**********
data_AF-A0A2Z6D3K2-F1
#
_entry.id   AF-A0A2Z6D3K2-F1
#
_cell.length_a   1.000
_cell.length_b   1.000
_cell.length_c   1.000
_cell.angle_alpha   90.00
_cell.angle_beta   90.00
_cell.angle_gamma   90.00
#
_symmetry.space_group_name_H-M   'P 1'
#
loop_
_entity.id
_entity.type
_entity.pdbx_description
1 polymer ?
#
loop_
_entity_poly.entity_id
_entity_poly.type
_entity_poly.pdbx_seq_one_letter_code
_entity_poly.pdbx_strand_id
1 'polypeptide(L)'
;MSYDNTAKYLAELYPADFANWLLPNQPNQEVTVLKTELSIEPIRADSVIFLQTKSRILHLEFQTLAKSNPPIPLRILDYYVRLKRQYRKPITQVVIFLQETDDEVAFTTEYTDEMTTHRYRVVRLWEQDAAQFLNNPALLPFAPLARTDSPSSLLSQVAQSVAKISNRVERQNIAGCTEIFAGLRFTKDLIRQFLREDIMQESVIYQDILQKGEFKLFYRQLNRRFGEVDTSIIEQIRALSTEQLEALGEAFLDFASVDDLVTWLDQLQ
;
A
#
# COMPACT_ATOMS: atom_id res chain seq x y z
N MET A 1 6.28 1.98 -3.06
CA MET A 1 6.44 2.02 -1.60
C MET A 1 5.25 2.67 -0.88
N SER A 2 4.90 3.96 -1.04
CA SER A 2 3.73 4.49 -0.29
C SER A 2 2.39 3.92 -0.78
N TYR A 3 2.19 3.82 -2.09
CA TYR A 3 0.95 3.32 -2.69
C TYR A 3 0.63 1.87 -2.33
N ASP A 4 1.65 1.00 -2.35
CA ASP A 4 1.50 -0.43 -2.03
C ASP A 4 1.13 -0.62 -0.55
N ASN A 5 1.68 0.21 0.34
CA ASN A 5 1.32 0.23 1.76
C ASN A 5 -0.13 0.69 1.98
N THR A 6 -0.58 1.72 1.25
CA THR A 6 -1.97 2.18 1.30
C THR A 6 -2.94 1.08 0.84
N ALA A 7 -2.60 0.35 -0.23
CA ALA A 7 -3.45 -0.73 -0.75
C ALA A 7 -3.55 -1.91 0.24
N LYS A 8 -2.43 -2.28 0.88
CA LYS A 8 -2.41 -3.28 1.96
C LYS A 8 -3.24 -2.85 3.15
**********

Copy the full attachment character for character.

data_AF-A0A2Z6D3K2-F1
#
_entry.id   AF-A0A2Z6D3K2-F1
#
_cell.length_a   1.000
_cell.length_b   1.000
_cell.length_c   1.000
_cell.angle_alpha   90.00
_cell.angle_beta   90.00
_cell.angle_gamma   90.00
#
_symmetry.space_group_name_H-M   'P 1'
#
loop_
_entity.id
_entity.type
_entity.pdbx_description
1 polymer ?
#
loop_
_entity_poly.entity_id
_entity_poly.type
_entity_poly.pdbx_seq_one_letter_code
_entity_poly.pdbx_strand_id
1 'polypeptide(L)'
;MSYDNTAKYLAELYPADFANWLLPNQPNQEVTVLKTELSIEPIRADSVIFLQTKSRILHLEFQTLAKSNPPIPLRILDYYVRLKRQYRKPITQVVIFLQETDDEVAFTTEYTDEMTTHRYRVVRLWEQDAAQFLNNPALLPFAPLARTDSPSSLLSQVAQSVAKISNRVERQNIAGCTEIFAGLRFTKDLIRQFLREDIMQESVIYQDILQKGEFKLFYRQLNRRFGEVDTSIIEQIRALSTEQLEALGEAFLDFASVDDLVTWLDQLQ
;
A
#
# COMPACT_ATOMS: atom_id res chain seq x y z
N MET A 1 6.28 1.98 -3.06
CA MET A 1 6.44 2.02 -1.60
C MET A 1 5.25 2.67 -0.88
N SER A 2 4.90 3.96 -1.04
CA SER A 2 3.73 4.49 -0.29
C SER A 2 2.39 3.92 -0.78
N TYR A 3 2.19 3.82 -2.09
CA TYR A 3 0.95 3.32 -2.69
C TYR A 3 0.63 1.87 -2.33
N ASP A 4 1.65 1.00 -2.35
CA ASP A 4 1.50 -0.43 -2.03
C ASP A 4 1.13 -0.62 -0.55
N ASN A 5 1.68 0.21 0.34
CA ASN A 5 1.32 0.23 1.76
C ASN A 5 -0.13 0.69 1.98
N THR A 6 -0.58 1.72 1.25
CA THR A 6 -1.97 2.18 1.30
C THR A 6 -2.94 1.08 0.84
N ALA A 7 -2.60 0.35 -0.23
CA ALA A 7 -3.45 -0.73 -0.75
C ALA A 7 -3.55 -1.91 0.24
N LYS A 8 -2.43 -2.28 0.88
CA LYS A 8 -2.41 -3.28 1.96
C LYS A 8 -3.24 -2.85 3.15